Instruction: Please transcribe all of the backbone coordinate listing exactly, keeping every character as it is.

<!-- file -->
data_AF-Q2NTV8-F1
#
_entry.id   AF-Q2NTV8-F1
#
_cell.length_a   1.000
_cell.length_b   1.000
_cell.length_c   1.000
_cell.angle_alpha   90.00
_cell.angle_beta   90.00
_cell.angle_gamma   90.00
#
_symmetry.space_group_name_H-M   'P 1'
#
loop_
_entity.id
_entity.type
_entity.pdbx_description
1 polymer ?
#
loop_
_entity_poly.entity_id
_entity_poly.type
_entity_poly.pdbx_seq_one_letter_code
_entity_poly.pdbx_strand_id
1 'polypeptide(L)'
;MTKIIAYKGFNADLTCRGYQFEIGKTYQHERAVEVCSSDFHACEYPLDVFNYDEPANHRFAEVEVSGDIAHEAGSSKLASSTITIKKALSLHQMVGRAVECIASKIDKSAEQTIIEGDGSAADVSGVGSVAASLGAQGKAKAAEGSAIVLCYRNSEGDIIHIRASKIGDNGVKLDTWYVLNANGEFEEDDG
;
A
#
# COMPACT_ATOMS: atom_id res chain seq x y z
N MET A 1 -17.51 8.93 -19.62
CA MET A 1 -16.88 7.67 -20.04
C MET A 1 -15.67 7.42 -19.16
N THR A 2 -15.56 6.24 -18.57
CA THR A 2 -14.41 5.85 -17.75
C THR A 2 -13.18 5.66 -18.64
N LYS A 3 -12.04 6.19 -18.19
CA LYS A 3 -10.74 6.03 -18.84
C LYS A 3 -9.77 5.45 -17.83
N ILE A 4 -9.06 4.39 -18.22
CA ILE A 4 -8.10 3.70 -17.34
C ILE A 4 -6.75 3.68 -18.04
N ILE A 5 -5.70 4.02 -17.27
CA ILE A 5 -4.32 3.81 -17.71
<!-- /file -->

data_AF-Q2NTV8-F1
#
_entry.id   AF-Q2NTV8-F1
#
_cell.length_a   1.000
_cell.length_b   1.000
_cell.length_c   1.000
_cell.angle_alpha   90.00
_cell.angle_beta   90.00
_cell.angle_gamma   90.00
#
_symmetry.space_group_name_H-M   'P 1'
#
loop_
_entity.id
_entity.type
_entity.pdbx_description
1 polymer ?
#
loop_
_entity_poly.entity_id
_entity_poly.type
_entity_poly.pdbx_seq_one_letter_code
_entity_poly.pdbx_strand_id
1 'polypeptide(L)'
;MTKIIAYKGFNADLTCRGYQFEIGKTYQHERAVEVCSSDFHACEYPLDVFNYDEPANHRFAEVEVSGDIAHEAGSSKLASSTITIKKALSLHQMVGRAVECIASKIDKSAEQTIIEGDGSAADVSGVGSVAASLGAQGKAKAAEGSAIVLCYRNSEGDIIHIRASKIGDNGVKLDTWYVLNANGEFEEDDG
;
A
#
# COMPACT_ATOMS: atom_id res chain seq x y z
N MET A 1 -17.51 8.93 -19.62
CA MET A 1 -16.88 7.67 -20.04
C MET A 1 -15.67 7.42 -19.16
N THR A 2 -15.56 6.24 -18.57
CA THR A 2 -14.41 5.85 -17.75
C THR A 2 -13.18 5.66 -18.64
N LYS A 3 -12.04 6.19 -18.19
CA LYS A 3 -10.74 6.03 -18.84
C LYS A 3 -9.77 5.45 -17.83
N ILE A 4 -9.06 4.39 -18.22
CA ILE A 4 -8.10 3.70 -17.34
C ILE A 4 -6.75 3.68 -18.04
N ILE A 5 -5.70 4.02 -17.27
CA ILE A 5 -4.32 3.81 -17.71